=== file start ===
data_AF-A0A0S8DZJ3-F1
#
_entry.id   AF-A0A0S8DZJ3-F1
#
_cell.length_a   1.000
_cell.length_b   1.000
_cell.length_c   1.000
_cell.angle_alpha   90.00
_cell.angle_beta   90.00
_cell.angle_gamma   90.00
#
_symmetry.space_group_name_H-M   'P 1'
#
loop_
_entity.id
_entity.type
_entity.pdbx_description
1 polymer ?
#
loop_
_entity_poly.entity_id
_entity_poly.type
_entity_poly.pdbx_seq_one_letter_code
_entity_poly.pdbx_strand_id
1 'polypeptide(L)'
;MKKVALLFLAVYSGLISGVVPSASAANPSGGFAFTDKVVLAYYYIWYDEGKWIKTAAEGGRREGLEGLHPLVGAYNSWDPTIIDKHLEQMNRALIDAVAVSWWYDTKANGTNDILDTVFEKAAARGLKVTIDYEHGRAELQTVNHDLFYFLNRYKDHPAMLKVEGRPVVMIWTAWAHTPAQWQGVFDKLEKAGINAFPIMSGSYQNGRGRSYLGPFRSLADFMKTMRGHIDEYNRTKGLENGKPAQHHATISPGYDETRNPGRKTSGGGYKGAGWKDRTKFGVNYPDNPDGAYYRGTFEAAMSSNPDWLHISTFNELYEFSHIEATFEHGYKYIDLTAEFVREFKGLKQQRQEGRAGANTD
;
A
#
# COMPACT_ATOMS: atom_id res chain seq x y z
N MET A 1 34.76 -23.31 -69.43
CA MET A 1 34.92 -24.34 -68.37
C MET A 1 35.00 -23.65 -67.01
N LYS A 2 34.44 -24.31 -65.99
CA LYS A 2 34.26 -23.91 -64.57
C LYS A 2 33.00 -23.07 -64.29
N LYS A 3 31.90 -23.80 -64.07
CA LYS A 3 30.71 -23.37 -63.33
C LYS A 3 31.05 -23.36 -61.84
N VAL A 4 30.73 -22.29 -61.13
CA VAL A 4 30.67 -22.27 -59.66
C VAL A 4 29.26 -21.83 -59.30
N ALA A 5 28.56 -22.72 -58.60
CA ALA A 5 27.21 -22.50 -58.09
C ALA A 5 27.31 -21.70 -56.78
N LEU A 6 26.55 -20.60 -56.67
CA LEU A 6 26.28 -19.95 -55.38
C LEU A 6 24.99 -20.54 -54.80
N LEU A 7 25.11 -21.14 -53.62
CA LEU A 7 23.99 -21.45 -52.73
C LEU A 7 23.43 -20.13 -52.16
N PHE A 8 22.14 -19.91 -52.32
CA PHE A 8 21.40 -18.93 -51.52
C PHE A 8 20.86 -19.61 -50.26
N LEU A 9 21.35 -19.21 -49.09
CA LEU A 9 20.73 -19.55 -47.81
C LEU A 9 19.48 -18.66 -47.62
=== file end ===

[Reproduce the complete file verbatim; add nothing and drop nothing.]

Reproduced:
data_AF-A0A0S8DZJ3-F1
#
_entry.id   AF-A0A0S8DZJ3-F1
#
_cell.length_a   1.000
_cell.length_b   1.000
_cell.length_c   1.000
_cell.angle_alpha   90.00
_cell.angle_beta   90.00
_cell.angle_gamma   90.00
#
_symmetry.space_group_name_H-M   'P 1'
#
loop_
_entity.id
_entity.type
_entity.pdbx_description
1 polymer ?
#
loop_
_entity_poly.entity_id
_entity_poly.type
_entity_poly.pdbx_seq_one_letter_code
_entity_poly.pdbx_strand_id
1 'polypeptide(L)'
;MKKVALLFLAVYSGLISGVVPSASAANPSGGFAFTDKVVLAYYYIWYDEGKWIKTAAEGGRREGLEGLHPLVGAYNSWDPTIIDKHLEQMNRALIDAVAVSWWYDTKANGTNDILDTVFEKAAARGLKVTIDYEHGRAELQTVNHDLFYFLNRYKDHPAMLKVEGRPVVMIWTAWAHTPAQWQGVFDKLEKAGINAFPIMSGSYQNGRGRSYLGPFRSLADFMKTMRGHIDEYNRTKGLENGKPAQHHATISPGYDETRNPGRKTSGGGYKGAGWKDRTKFGVNYPDNPDGAYYRGTFEAAMSSNPDWLHISTFNELYEFSHIEATFEHGYKYIDLTAEFVREFKGLKQQRQEGRAGANTD
;
A
#
# COMPACT_ATOMS: atom_id res chain seq x y z
N MET A 1 34.76 -23.31 -69.43
CA MET A 1 34.92 -24.34 -68.37
C MET A 1 35.00 -23.65 -67.01
N LYS A 2 34.44 -24.31 -65.99
CA LYS A 2 34.26 -23.91 -64.57
C LYS A 2 33.00 -23.07 -64.29
N LYS A 3 31.90 -23.80 -64.07
CA LYS A 3 30.71 -23.37 -63.33
C LYS A 3 31.05 -23.36 -61.84
N VAL A 4 30.73 -22.29 -61.13
CA VAL A 4 30.67 -22.27 -59.66
C VAL A 4 29.26 -21.83 -59.30
N ALA A 5 28.56 -22.72 -58.60
CA ALA A 5 27.21 -22.50 -58.09
C ALA A 5 27.31 -21.70 -56.78
N LEU A 6 26.55 -20.60 -56.67
CA LEU A 6 26.28 -19.95 -55.38
C LEU A 6 24.99 -20.54 -54.80
N LEU A 7 25.11 -21.14 -53.62
CA LEU A 7 23.99 -21.45 -52.73
C LEU A 7 23.43 -20.13 -52.16
N PHE A 8 22.14 -19.91 -52.32
CA PHE A 8 21.40 -18.93 -51.52
C PHE A 8 20.86 -19.61 -50.26
N LEU A 9 21.35 -19.21 -49.09
CA LEU A 9 20.73 -19.55 -47.81
C LEU A 9 19.48 -18.66 -47.62